You are probably a sensible person who only wants to own a single rockin' pair of skis that will take you anywhere on the mountain, any day. This is the theory of all-mountain ski production: they are meant to take you all over the mountain through all types of snow conditions. Certain manufacturers will use different terminology for this ski category; they are usually dubbed "all-mountain" or occasionally "freeride." Regardless, an all-mountain model strives to do it all — carve clean arcs on groomers, maintain stability at speed, withstand crud and bumps, and stay afloat in powder.
Due to the "jack of all trades" nature of all-mountain skis, they are already a cost-conscious skier's ideal purchase. We know everyone is looking to stretch their dollars where they can, so we compared list prices and total scores for each model in order to lock down the best value-for-money purchases. The Faction Dictator and the Elan Ripstick are both well-seated high-value choices. The Faction is a decently versatile option particularly suited for high-level skiers who can reign it in, and the Elan is a powder hound and a wildly playful ski. The Salomon QST Lumen 99 is another powder-oriented option on the lower end of the scale. Conversely, if you're looking for something with more on-piste capabilities, then the Blizzard Black Pearl 88 is a good deal for a well-made ski.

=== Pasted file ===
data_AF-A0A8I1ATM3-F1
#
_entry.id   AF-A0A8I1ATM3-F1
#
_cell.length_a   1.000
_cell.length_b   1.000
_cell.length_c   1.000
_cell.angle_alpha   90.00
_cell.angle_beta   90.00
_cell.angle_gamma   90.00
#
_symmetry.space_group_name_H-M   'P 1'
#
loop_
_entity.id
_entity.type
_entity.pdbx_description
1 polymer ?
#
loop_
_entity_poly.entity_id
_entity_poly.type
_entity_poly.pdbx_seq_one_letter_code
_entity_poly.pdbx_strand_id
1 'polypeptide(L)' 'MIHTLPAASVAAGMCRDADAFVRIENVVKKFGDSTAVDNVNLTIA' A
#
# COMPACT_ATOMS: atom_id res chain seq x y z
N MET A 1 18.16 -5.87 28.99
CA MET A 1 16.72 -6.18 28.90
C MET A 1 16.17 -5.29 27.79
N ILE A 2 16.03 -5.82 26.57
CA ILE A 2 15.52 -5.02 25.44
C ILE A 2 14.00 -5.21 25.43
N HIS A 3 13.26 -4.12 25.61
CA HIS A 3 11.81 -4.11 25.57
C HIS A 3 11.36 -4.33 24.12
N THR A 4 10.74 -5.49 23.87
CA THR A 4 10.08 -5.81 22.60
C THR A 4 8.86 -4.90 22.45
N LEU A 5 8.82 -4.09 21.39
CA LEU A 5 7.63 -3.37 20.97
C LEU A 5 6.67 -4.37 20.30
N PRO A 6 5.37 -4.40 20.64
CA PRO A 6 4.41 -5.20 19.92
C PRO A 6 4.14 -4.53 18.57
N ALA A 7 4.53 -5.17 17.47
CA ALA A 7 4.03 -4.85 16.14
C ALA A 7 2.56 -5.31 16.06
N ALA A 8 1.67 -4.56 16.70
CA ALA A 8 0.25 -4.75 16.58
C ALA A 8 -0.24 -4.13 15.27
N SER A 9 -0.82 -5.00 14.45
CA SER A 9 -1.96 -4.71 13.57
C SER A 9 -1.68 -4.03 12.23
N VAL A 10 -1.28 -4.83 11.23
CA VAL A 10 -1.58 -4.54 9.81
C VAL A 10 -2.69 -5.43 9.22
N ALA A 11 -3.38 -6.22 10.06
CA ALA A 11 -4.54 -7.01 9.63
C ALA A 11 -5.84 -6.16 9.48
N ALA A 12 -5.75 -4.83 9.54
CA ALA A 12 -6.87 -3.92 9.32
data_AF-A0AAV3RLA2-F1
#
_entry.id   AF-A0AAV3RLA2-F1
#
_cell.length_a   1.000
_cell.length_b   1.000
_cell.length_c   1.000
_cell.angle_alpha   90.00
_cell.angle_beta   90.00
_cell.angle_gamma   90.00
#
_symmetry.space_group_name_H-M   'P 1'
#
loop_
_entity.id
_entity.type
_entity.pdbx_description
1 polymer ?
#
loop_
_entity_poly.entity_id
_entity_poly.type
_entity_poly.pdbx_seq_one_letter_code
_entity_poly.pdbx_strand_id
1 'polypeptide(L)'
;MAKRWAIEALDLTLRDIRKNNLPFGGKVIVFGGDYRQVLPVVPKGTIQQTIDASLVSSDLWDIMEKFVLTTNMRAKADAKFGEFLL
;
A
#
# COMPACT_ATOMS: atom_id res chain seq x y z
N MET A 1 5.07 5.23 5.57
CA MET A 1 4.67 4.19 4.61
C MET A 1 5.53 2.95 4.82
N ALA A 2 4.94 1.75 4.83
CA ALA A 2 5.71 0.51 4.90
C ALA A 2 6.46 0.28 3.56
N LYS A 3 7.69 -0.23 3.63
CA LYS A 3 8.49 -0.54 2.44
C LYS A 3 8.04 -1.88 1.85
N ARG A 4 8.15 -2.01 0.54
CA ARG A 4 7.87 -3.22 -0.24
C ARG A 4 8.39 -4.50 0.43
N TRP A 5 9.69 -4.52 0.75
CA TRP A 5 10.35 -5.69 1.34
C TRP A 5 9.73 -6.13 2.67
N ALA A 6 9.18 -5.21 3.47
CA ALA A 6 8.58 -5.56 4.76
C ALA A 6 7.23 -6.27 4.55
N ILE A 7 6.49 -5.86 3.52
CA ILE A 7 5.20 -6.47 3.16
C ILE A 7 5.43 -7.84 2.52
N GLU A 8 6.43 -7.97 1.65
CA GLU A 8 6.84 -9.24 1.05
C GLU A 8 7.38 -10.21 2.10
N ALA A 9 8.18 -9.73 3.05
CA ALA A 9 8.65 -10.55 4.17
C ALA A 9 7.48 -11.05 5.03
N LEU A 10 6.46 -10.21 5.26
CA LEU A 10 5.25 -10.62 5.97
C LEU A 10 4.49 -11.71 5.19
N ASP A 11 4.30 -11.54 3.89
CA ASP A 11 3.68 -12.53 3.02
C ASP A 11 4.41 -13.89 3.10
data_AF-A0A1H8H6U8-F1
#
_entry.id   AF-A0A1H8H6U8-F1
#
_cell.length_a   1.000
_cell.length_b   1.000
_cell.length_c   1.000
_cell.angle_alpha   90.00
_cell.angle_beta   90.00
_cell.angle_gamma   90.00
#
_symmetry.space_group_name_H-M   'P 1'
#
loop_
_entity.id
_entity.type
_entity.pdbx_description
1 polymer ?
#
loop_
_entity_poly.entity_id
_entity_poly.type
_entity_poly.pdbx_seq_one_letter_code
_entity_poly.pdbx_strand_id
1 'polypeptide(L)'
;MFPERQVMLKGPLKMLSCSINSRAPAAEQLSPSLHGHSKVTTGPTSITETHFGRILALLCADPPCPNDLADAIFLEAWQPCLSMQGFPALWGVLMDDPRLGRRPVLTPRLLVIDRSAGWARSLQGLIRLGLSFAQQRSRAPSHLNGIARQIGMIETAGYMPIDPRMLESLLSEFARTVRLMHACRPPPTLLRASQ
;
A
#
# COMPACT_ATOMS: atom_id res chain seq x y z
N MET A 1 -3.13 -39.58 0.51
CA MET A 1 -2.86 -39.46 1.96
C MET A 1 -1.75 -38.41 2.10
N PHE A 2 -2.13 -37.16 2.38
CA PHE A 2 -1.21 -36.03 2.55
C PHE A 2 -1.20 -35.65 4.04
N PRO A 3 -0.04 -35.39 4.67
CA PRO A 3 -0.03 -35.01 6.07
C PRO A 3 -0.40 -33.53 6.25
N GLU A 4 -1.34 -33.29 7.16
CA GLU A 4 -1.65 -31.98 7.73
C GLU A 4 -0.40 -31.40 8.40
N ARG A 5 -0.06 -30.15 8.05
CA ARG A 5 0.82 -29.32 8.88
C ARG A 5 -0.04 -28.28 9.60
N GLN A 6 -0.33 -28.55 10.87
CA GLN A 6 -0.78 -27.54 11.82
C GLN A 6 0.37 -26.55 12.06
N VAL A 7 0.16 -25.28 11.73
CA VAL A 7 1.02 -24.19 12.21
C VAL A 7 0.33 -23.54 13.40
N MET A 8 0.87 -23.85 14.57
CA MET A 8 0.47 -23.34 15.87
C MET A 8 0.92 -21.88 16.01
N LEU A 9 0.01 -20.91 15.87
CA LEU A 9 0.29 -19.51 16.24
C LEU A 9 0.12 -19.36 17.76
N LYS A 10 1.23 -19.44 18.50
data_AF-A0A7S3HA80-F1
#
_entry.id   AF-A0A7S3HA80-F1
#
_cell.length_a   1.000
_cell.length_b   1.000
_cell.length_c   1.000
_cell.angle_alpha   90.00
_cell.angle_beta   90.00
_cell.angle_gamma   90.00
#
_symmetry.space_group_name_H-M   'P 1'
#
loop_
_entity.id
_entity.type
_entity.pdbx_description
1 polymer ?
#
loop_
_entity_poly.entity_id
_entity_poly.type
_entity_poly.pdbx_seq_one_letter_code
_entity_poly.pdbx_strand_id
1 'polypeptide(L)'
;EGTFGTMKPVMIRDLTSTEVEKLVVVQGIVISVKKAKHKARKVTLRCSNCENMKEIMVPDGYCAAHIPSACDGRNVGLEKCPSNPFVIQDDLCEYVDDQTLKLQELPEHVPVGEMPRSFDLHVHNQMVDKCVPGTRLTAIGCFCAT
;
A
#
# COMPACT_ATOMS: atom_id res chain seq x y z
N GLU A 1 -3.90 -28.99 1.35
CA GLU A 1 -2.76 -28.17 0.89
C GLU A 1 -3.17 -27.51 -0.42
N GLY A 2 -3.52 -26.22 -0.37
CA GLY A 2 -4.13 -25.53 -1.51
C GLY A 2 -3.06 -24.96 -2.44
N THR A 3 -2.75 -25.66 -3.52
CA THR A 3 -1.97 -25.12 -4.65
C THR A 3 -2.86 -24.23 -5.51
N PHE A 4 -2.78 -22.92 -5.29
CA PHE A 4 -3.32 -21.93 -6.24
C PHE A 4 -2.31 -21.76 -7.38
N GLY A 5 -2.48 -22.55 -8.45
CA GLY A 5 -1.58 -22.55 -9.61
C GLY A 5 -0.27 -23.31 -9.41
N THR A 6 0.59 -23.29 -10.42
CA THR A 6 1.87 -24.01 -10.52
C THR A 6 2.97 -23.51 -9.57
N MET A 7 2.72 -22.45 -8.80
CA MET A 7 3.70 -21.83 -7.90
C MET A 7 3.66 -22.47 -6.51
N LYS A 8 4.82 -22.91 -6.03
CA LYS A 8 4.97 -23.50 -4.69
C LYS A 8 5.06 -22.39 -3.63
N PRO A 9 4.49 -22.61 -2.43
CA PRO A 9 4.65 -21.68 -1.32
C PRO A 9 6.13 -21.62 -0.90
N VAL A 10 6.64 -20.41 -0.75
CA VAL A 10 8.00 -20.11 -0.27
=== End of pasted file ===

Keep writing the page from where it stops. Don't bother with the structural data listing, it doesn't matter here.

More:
The Nordica Santa Ana 98 is at the higher end of the group for cost; however, the value that it provides through its versatility will make it worthwhile for many. It is only slightly more expensive than the average, and if it means only purchasing one ski for every day of the season, the ratio of dollar-per-use is brought significantly down.
Stability at Speed
We want our all-mountain skis to make us feel like super-heroines while flying down the mountain instead of making tentative or unsure. We want to be able to exert pressure on them and make them bend and know that they won't slip out from under us or chatter around at high speeds. To this end, we examined how each pair of skis performed at higher speeds. Do they offer a smooth and seamless ride, or do the tips flap incessantly? Can they keep their edge when carving through a fast, high-pressured turn, or do they tend to wash out? Are they dampening, softly absorbing bumps and uneven terrain, or do we get bucked around and launched out of balance?